June 14, 2023
Philadelphia City Council is expected to hold hearings about extending SEPTA's subway system to the Northeast section of the city. A resolution to do so was introduced Wednesday in the aftermath of the tanker-truck fire that caused a portion of I-95 to collapse in Tacony on Sunday.
Councilmember Mike Driscoll, whose Sixth District covers parts of Northeast Philly, was joined by 12 cosponsors who agreed it's time to discuss the subject. Over the last year, advocates for extending the city's subway system along Roosevelt Boulevard have held town halls and met with local leaders to build momentum for the project, which has periodically resurfaced in public debate over the last century.
"The incident (on I-95) sent countless residents scrambling with limited viable alternative options to get from the Northeast to Center City," Driscoll said. "We need to reexamine the proposed Roosevelt Boulevard extension from every angle and leave no stone unturned to find a viable transportation alternative."
Historically, the greatest barrier to extending the subway to the Northeast has been the massive cost the project would entail. Estimates suggest it would take between $2.5-$3.5 billion to construct the full proposed extension, which would include nine new stations along a 15-mile route from North Philadelphia to Neshaminy. Each station is projected to cost between $633-$794 million.
The proposed subway map would connect the Broad Street Line at Erie Avenue. The Market-Frankford Line would be connected around the Bustleton neighborhood and the new, extended line would end to the north in Neshaminy.
Northeast Philly subway advocate Jay Arzu, a University of Pennsylvania Ph.D. candidate who has been active in organizing a coalition for the subway extension, called the crash on I-95 a tragic wake-up call.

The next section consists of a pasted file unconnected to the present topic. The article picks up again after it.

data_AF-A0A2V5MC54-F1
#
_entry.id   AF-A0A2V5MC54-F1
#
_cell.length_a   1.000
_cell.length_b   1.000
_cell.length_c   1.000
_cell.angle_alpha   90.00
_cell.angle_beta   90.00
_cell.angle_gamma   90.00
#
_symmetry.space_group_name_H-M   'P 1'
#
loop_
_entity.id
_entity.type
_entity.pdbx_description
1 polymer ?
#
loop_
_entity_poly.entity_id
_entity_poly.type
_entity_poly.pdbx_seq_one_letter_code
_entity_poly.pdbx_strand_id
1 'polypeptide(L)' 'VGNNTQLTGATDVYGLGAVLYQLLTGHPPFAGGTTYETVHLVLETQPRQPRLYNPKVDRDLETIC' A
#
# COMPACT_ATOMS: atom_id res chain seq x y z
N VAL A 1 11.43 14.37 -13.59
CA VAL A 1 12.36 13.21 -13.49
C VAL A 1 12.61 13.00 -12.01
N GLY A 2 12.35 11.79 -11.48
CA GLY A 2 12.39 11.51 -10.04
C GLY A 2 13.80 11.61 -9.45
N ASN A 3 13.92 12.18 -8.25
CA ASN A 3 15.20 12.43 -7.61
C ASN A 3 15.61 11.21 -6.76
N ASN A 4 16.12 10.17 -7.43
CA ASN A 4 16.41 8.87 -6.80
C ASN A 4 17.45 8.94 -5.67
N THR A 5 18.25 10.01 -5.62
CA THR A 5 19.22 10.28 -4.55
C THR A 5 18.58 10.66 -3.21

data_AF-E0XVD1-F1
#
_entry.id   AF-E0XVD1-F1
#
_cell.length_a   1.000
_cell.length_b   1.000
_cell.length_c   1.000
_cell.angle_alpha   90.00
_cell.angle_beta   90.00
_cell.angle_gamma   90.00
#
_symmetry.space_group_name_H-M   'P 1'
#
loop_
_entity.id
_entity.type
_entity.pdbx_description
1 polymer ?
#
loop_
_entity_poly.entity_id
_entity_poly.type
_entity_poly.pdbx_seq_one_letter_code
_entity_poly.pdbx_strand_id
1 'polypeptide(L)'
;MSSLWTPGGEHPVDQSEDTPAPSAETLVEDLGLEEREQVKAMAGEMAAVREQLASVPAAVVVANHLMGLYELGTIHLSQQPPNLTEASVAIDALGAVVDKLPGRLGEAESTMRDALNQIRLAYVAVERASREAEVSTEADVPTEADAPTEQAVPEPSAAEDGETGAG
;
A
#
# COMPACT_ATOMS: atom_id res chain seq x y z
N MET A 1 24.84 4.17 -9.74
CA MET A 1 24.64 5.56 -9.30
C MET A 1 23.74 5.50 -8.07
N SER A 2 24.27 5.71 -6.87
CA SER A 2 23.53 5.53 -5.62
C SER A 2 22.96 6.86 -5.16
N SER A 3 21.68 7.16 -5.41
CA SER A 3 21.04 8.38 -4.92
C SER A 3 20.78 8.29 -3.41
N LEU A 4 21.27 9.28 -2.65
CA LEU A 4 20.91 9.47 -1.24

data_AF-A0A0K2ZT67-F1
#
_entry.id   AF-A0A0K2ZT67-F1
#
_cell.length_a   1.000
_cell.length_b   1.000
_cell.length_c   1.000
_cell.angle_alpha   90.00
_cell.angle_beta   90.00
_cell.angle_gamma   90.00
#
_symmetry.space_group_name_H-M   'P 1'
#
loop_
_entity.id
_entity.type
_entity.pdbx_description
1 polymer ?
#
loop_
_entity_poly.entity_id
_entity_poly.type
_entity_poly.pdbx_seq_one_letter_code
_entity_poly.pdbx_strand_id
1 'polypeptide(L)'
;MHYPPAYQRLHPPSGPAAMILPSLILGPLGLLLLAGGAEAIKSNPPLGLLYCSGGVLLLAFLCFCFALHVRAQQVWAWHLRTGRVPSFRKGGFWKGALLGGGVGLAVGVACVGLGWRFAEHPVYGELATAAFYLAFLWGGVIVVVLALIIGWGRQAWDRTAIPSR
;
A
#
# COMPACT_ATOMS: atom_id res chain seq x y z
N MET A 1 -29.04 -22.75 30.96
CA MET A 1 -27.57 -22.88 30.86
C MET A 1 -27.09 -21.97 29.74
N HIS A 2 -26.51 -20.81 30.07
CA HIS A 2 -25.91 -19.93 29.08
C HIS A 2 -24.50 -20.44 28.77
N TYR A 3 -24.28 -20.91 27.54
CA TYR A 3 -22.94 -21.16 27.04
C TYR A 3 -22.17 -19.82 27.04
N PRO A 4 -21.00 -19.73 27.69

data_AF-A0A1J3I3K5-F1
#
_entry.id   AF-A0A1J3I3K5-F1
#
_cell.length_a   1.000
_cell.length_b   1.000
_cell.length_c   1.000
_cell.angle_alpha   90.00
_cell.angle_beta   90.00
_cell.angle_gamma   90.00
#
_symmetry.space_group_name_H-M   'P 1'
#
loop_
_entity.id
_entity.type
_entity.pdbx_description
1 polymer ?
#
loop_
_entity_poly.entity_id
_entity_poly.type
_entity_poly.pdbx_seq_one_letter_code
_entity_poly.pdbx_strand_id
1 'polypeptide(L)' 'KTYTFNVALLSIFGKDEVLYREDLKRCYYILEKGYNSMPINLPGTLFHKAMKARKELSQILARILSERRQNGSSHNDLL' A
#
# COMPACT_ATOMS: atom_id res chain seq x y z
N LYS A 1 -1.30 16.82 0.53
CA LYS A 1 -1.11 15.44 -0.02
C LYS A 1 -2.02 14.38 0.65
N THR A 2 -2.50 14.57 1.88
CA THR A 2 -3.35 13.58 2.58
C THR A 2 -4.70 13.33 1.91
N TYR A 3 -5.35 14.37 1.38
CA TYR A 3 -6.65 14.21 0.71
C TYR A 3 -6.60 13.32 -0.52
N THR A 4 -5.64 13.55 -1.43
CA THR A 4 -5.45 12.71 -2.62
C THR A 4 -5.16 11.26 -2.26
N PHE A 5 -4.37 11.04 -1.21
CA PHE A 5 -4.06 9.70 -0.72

"We have to recognize our weaknesses," Arzu said Sunday during a phone interview. "We need more resiliency. If we had alternatives like a subway on Roosevelt Boulevard, there would be a way for people to divert themselves without having to necessarily drive on Roosevelt Boulevard. We have to be able to bounce back from this with some answers, and we believe that taking a harder look at the subway is one of the many things we need to do."
Driscoll's resolution calls for City Council's Committee on Transportation and Public Utilities to hold hearings in the near future, although dates have not yet been determined. Arzu said October had been a timeline discussed with Driscoll before the I-95 collapse, but now he hopes to see the hearings moved up.
Driscoll said the hearings will go beyond the response to the highway collapse. He wants to focus on strategies that will change the way Northeast Philly's 500,000 residents connect with the rest of the city and address the traffic safety issues that have long plagued Roosevelt Boulevard.
"Removing thousands of cars from the roads would improve driver and pedestrian safety and facilitate a more sustainable, less car-dependent future," Driscoll said.